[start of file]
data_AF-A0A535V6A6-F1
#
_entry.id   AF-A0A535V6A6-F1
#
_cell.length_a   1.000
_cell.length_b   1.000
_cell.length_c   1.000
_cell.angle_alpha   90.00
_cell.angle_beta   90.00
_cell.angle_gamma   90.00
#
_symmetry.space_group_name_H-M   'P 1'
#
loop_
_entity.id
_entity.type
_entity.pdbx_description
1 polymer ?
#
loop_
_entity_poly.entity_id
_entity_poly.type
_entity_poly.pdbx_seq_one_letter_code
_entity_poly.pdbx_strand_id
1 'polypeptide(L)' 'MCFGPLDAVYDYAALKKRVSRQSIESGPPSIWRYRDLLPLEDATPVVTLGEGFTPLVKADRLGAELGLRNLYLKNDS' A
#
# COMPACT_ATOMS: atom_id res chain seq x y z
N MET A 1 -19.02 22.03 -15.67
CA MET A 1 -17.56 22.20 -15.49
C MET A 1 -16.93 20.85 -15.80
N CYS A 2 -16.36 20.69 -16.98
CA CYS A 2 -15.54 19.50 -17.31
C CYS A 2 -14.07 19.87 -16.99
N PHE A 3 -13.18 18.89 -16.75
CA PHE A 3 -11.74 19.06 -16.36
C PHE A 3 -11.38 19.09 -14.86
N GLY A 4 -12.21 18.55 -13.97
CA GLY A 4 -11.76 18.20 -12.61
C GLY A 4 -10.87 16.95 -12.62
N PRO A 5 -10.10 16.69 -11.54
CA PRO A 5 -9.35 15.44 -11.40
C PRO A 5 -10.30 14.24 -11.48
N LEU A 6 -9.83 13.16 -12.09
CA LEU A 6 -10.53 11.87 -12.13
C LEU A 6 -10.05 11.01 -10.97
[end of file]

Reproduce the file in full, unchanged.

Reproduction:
data_AF-A0A535V6A6-F1
#
_entry.id   AF-A0A535V6A6-F1
#
_cell.length_a   1.000
_cell.length_b   1.000
_cell.length_c   1.000
_cell.angle_alpha   90.00
_cell.angle_beta   90.00
_cell.angle_gamma   90.00
#
_symmetry.space_group_name_H-M   'P 1'
#
loop_
_entity.id
_entity.type
_entity.pdbx_description
1 polymer ?
#
loop_
_entity_poly.entity_id
_entity_poly.type
_entity_poly.pdbx_seq_one_letter_code
_entity_poly.pdbx_strand_id
1 'polypeptide(L)' 'MCFGPLDAVYDYAALKKRVSRQSIESGPPSIWRYRDLLPLEDATPVVTLGEGFTPLVKADRLGAELGLRNLYLKNDS' A
#
# COMPACT_ATOMS: atom_id res chain seq x y z
N MET A 1 -19.02 22.03 -15.67
CA MET A 1 -17.56 22.20 -15.49
C MET A 1 -16.93 20.85 -15.80
N CYS A 2 -16.36 20.69 -16.98
CA CYS A 2 -15.54 19.50 -17.31
C CYS A 2 -14.07 19.87 -16.99
N PHE A 3 -13.18 18.89 -16.75
CA PHE A 3 -11.74 19.06 -16.36
C PHE A 3 -11.38 19.09 -14.86
N GLY A 4 -12.21 18.55 -13.97
CA GLY A 4 -11.76 18.20 -12.61
C GLY A 4 -10.87 16.95 -12.62
N PRO A 5 -10.10 16.69 -11.54
CA PRO A 5 -9.35 15.44 -11.40
C PRO A 5 -10.30 14.24 -11.48
N LEU A 6 -9.83 13.16 -12.09
CA LEU A 6 -10.53 11.87 -12.13
C LEU A 6 -10.05 11.01 -10.97